Graduate Worries Vote May Extinguish Derby’s 
                        Last Ember of Hope for Future
 Anthony J. Smith , Valedictorian                      A-6/16/01     <VT>
            Derby High School     Class of 2001 

Although I am already a graduate of Derby High School, the June 12 rejection of a new high school for our city really hit home. I clearly remember the circumstances under which I heard the news. I was reading in my room, and my little sister came in and tole me that the new high school was voted down.

This simple fact did not bother me anywhere NEAR as much as the look of sadness on my sister’s flushed little face. I asked her what was wrong, and she said that as a result of this vote, she may have to go to a different high school, away from many of her friends, because of the impending overcrowding problem.

She then asked my why we had to vote on the new high school when many city officials, including the mayor, agree that we need it. I proceeded to explain the principles of democracy and majority rule to her, and about how they are so important to the vitality of our wonderful country.

However, even in the light of democracy, I cannot help but feel that a tremendous injustice was done to the town of Derby through the rejection of the new high school. Although I do not want to get into numbers too much, since they have all already been presented many times, I feel that it is a noteworthy fact that this new high school would have been mainly subsidized by the state and would have cost the average resident less than fifty CENTS per day. 

Those who voted against the new high school in the interest of freezing property taxes have in effect sealed their own graves, for a magnificent education system would have brought property values up, whereas an overcrowded system will bring them down.

Worst of all, this vote has caused a big rift between residents of Derby. People on opposite sides of the issue have had insulting words for each other the whole time through. Now that the school plan has failed the vote, many people are talking about moving out of Derby before the property values plummet, seeing that the many in town do not want to look toward the future.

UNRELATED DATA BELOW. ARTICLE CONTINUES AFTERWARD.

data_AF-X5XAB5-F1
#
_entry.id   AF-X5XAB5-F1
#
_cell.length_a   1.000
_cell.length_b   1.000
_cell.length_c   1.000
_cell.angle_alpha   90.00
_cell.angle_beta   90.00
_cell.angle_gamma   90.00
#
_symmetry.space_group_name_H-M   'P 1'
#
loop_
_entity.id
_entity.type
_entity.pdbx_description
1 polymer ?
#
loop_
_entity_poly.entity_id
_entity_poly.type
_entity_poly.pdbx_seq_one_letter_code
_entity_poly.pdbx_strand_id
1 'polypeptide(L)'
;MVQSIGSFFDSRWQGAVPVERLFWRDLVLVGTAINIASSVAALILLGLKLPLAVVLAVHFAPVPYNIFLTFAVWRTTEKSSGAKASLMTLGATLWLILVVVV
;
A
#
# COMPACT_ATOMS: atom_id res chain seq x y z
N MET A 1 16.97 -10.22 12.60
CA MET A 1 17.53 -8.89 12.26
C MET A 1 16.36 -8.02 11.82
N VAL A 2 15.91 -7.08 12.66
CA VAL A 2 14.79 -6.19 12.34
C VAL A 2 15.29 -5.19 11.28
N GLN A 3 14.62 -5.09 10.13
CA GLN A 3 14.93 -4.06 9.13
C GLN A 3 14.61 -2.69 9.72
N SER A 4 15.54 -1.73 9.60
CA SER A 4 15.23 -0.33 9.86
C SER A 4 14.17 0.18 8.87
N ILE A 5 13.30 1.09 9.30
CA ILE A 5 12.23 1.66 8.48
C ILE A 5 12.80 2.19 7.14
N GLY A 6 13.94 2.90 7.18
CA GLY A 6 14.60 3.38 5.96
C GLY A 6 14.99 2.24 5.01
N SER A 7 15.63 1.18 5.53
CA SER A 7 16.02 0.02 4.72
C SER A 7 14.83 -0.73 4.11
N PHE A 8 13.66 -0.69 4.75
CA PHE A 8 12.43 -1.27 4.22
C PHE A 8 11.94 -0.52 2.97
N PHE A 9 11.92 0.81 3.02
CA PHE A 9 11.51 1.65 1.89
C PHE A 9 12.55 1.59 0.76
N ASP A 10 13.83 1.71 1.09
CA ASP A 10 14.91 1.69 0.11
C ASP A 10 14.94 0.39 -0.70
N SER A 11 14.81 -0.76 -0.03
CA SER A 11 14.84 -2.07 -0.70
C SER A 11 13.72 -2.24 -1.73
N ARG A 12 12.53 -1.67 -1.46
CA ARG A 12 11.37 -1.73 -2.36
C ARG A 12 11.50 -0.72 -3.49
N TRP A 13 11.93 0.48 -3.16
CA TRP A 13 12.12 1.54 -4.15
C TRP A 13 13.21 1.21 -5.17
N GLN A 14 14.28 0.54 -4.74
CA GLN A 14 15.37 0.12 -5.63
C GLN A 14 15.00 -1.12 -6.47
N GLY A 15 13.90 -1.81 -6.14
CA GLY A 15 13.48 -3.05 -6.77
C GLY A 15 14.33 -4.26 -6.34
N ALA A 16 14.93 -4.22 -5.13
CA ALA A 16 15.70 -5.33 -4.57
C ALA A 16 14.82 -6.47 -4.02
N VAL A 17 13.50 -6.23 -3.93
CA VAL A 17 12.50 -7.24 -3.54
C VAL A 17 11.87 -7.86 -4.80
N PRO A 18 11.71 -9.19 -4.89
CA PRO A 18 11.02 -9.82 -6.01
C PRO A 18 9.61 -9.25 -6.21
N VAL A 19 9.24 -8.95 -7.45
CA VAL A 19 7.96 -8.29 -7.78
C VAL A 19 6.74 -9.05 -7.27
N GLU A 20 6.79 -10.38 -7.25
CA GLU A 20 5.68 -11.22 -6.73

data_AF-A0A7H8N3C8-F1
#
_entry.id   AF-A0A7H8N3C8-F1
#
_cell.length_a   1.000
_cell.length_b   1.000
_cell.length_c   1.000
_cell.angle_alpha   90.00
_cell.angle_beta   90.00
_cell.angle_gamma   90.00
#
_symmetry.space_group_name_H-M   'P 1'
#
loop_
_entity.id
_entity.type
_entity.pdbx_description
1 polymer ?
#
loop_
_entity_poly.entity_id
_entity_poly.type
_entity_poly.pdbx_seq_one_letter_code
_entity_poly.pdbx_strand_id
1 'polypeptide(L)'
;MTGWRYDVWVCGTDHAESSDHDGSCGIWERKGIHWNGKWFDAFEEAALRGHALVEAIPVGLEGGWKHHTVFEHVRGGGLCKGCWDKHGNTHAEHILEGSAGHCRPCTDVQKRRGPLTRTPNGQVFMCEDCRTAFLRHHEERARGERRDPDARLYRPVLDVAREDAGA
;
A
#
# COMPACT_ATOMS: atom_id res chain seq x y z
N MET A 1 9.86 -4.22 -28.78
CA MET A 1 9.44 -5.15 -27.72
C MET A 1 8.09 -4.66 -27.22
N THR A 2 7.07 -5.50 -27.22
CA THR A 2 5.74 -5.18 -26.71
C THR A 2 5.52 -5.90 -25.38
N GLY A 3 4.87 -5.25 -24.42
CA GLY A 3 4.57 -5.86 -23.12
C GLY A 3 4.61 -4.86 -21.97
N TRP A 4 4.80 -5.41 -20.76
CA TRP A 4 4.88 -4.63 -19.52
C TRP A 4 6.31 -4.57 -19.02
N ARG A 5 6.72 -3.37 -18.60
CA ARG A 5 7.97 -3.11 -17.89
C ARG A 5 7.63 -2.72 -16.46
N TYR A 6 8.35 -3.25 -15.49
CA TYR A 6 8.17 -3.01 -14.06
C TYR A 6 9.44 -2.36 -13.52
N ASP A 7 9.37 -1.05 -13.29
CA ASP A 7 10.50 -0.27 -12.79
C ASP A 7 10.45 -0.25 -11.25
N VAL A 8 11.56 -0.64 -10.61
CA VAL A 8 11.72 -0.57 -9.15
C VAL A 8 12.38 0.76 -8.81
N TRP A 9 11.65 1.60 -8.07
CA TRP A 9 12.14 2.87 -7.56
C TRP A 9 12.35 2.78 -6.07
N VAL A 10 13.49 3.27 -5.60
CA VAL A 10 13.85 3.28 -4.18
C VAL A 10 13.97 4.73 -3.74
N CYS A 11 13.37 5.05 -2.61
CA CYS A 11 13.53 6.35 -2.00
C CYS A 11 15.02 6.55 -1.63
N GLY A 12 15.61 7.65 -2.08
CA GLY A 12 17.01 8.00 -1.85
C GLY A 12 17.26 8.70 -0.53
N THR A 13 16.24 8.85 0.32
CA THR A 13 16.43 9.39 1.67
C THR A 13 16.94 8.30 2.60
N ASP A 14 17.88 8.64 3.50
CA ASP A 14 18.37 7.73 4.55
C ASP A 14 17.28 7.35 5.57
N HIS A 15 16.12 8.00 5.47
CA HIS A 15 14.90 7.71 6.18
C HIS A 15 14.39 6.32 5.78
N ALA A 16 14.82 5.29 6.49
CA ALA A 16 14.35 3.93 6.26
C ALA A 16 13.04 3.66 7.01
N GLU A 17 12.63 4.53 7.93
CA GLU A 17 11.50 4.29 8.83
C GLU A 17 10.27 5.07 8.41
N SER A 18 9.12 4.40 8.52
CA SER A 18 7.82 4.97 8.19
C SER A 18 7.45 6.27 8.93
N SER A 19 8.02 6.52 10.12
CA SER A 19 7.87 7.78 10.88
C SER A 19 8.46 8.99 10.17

Of course, the harsh words for the other side of the issue remain on both sides and will not die down anytime soon. This heated, righteous indignation felt by both sides is a shame, for it points toward the stagnation of our city in the future.

Unlike many supporters of the new high school, I myself do not feel any actual anger. Rather, I feel a great deal of sorrow for everyone involved, for we have all lost out on what could have been a major step toward the future. I feel sorry for those people who are worried about property taxes, for their property values will surely go down now. I feel bad for all the supporters, whose dreams have been crushed by this vote.

Even more, I feel bad for my sister and every other student who will come up through the Derby education system, for they are the ones who truly miss out on something that could have been wonderful, and through no fault of their own they will be separated from each other, as the residents of Derby are now.

I grieve for teachers’ sake, for they take such pride in teaching and would be so grateful for a new facility to show them that we care about their life’s work.

And of course, my heart hurts the most for my poor hometown of Derby, a city with a dying fire of life which was just quenched even further. I only hope that the spark of interest in Derby’s future will re-ignite before the city reaches it last ember of hope.